This article was first published in February 2001.
What a superb car! Take one South African Mazda 323 ute - yes a ute! - and swap in a 2-litre DOHC engine from the big brother 626. Bolt it to a 6-speed trans (yes, and it is still front wheel drive) and then add a turbo and intercooler. Throw in some NOS and stand well back...
Pick-ups (USA), utes (Australia) or bakkies (South Africa) - call them what you want - have never been as big elsewhere as in the US as far as tuning or styling is concerned. The States even having special forms of drag and track racing for their 'workhorses'! And it also seems as though the size of delivery vehicle is directly proportional to the area of the country in which it is to be used. In the US you see anything up to V10 pick-ups doing duty, while Australia has its fair share of V6 and V8 utes. Unfortunately, here in South Africa, we have to make do with bakkies with motors as small as 1.4-litres and able to carry only a measly half metric ton.
But not all of our utes are slow...
Enter 31-year-old Logan Naiker, who after a brief spell with a nitrous-sniffing BMW M3, realized that he was indeed a speed junkie and that the M3 just was not fast enough to keep his habit fuelled. So to satisfy his addiction to speed, Logan, being a business man without the requisite technical and mechanical expertise, enlisted local tuning guru and nitrous specialist Sybrand (Sybie) Coetzee to build for him a devastatingly fast and quick road machine. The starting point for this exercise was, you guessed it, a ute from the Mazda stable. The little front wheel drive 323-based Rustler was bought in 1997 and Sybie quickly began the rebuild that would be required to attain the kind of speeds Logan was hoping to achieve. So out went the stock engine and gearbox and in went a 2-litre 16-valve unit from a bigger brother in the Mazda range - the 626 sedan. In stock form this powerplant makes a realistic 67kW at the front wheels, but that figure was of no relevance to Sybie as he knew the potential of the unit.
First order of business was to drop the compression ratio in anticipation of the turbo, and this was achieved using aftermarket forged connecting rods from Carillo, which brought the CR down to 8:1. The standard pistons were retained and have as yet not let the motor down. Next step was to fabricate a tubular turbo exhaust manifold, this was done in-house by Sybie himself. Used was 38mm steam pipe, which is extremely tolerant to the high exhaust temperature and resistant to cracking. Connected to the custom manifold is another Sybie special consisting of a mix of Garrett bits. A hybrid turbocharger, it uses pieces from a T3 and T4, with this lot protected from over boosting by an Audi external wastegate on the exhaust side, and saved from compressor surge on decel with an HKS sequential blow-off valve on the inlet side. The pressurized gases make their way through a grill-mounted intercooler and then on to a standard inlet manifold.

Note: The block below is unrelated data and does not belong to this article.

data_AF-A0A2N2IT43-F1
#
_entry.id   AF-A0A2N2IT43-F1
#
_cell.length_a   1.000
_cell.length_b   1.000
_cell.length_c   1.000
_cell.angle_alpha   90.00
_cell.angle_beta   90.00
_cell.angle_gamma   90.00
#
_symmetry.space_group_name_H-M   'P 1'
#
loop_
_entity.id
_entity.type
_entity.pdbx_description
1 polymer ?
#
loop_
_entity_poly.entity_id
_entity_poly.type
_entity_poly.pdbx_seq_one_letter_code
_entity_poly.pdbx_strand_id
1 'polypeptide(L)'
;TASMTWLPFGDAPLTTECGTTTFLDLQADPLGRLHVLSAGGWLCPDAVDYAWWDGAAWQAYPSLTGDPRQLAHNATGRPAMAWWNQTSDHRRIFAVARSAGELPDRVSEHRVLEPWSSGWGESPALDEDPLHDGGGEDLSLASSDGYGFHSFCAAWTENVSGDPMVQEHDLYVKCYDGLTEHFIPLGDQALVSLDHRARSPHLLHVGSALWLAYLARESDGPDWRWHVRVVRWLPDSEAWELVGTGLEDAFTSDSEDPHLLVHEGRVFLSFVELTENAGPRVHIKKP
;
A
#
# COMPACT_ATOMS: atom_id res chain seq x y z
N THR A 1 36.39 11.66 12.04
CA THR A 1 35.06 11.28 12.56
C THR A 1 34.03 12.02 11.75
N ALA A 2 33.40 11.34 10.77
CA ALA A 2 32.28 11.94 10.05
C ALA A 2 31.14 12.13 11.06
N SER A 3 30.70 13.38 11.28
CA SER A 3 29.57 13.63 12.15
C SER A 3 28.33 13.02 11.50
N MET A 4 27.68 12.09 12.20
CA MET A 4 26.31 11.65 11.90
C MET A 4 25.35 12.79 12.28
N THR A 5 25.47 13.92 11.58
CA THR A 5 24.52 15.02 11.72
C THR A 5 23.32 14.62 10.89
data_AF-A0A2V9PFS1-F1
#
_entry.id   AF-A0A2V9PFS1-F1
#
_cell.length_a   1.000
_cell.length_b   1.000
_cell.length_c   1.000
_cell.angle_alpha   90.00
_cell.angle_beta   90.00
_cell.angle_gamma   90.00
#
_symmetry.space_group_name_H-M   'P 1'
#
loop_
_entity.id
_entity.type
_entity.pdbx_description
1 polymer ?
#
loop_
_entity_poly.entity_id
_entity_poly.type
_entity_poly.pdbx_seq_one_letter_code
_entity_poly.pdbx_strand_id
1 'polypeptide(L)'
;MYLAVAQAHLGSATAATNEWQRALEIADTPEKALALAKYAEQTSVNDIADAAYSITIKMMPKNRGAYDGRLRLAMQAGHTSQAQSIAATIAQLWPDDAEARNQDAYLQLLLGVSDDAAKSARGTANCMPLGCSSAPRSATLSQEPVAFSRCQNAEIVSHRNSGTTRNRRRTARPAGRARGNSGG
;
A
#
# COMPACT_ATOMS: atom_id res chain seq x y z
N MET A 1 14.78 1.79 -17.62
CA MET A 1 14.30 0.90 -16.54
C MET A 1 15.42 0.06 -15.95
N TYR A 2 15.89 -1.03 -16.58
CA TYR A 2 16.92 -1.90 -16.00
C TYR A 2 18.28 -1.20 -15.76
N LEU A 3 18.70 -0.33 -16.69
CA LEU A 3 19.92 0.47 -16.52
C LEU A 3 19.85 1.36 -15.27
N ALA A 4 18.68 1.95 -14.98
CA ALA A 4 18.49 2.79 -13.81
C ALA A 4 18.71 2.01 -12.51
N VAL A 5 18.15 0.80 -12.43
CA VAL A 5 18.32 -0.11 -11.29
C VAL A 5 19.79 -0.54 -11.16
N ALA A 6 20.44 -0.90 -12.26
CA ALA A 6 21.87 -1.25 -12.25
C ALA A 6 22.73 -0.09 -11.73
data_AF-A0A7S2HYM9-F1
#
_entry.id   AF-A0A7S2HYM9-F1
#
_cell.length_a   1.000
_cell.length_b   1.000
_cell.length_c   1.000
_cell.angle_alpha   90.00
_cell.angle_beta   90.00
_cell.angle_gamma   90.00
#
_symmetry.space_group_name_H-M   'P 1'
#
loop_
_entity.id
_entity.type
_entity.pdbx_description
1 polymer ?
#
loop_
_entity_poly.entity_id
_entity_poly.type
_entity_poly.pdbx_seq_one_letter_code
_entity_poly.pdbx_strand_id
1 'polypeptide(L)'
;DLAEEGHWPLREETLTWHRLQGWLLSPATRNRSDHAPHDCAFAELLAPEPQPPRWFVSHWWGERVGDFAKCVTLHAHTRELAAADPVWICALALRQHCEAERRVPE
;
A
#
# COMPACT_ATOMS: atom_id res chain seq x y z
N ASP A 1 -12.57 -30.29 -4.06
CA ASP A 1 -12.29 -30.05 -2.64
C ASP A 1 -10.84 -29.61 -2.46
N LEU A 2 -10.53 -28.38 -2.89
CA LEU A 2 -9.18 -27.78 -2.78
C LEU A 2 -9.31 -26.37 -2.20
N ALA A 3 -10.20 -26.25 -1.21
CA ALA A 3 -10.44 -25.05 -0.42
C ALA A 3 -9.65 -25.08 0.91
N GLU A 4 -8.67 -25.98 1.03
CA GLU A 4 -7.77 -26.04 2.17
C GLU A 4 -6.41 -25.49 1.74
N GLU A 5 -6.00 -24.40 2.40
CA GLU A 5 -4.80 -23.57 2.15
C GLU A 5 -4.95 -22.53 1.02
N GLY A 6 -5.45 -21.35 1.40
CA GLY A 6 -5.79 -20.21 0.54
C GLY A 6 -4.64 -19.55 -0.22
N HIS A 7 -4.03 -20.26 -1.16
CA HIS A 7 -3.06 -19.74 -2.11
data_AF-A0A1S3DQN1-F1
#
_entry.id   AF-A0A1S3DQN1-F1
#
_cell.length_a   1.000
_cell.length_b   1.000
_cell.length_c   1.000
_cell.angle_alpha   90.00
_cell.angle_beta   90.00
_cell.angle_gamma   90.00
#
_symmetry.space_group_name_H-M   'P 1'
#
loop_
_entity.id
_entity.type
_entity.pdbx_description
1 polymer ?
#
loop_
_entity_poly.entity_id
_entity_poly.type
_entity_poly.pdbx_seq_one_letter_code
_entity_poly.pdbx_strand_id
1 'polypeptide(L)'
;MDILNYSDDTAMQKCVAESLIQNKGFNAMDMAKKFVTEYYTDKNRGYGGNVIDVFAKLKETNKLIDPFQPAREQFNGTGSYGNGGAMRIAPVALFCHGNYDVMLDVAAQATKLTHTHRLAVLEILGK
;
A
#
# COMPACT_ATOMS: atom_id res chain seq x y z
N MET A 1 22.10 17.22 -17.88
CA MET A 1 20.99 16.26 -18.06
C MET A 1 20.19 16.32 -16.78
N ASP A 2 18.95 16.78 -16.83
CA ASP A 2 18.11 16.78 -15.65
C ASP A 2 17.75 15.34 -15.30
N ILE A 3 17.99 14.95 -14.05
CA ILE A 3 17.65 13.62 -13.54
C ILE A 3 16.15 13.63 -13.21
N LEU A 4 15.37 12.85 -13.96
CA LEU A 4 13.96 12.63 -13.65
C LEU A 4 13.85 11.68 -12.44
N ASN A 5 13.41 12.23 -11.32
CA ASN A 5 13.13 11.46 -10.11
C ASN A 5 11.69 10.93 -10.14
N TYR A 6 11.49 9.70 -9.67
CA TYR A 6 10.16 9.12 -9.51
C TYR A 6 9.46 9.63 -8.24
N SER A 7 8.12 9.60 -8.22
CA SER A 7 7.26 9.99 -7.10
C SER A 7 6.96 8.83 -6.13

As we all know, all that extra air is useless without some more fuel to set it off, and these all-important fuelling duties are handled by an Australian-sourced [McGee? - Ed] Air Mass unit, that uses an air sensor to pick up vital info such as boost pressure, air-speed, etc. Sybie swears by this system, as it is fairly easy simple to set-up and does not require a lap-top computer and days on the dyno, and uses it on all his personal vehicles. The cherry on top (of the inlet that is) is the NOS fogger nozzle plumbed into the inlet manifold - it's worth an additional 100hp.
This combination has been dyno'ed to the tune of 406 galloping horses (that's 303kW if you don't speak ole west) and that's without the nitrous! If you find that a little hard to gulp down, then just take a gander at the little vehicle's achievements to date. A 12.4 second quarter mile pass at 210 km/h, a 252 and 270 km/h over eight hundred and one thousand metres respectively! I'll bet that power output is starting to look a lot more believable now. As you'd expect, this was not achieved on pump fuel, but rather 102 octane race fuel that helps to inhibit knock at the 1.65 Bar (24 psi) of boost used on competition outings. To get all this power and accompanying torque to the pavement, an Opel TS 6-speed gearbox was hooked up to the motor via a custom adaptor plate, and this feeds the power out to special sideshafts. Even with all this power on tap, the ute is no savage beast and is used regularly by both Logan and his wife as daily transport.
Logan wasn't silly enough to trust the standard suspension and braking equipment to keep him safe in this little rocket and had a set of custom springs (coils up front and leafs in the rear) made up, as none of the performance suspension specialists provide for this model. And just to keep things in the family, a full all-disc brake set-up was installed and is more than capable of slowing down the ute due to its relatively low mass. The suspension is nicely rounded (no pun intended) off by a set off Viper multi-spoke alloys wrapped in Bridgestone 205/40/17 rubber.
If would-be challengers in their 930 Porsches think that Logan is quite the comic with his personalized license plate, they soon find out that this little missile does indeed have what it takes to back up such an audacious gesture.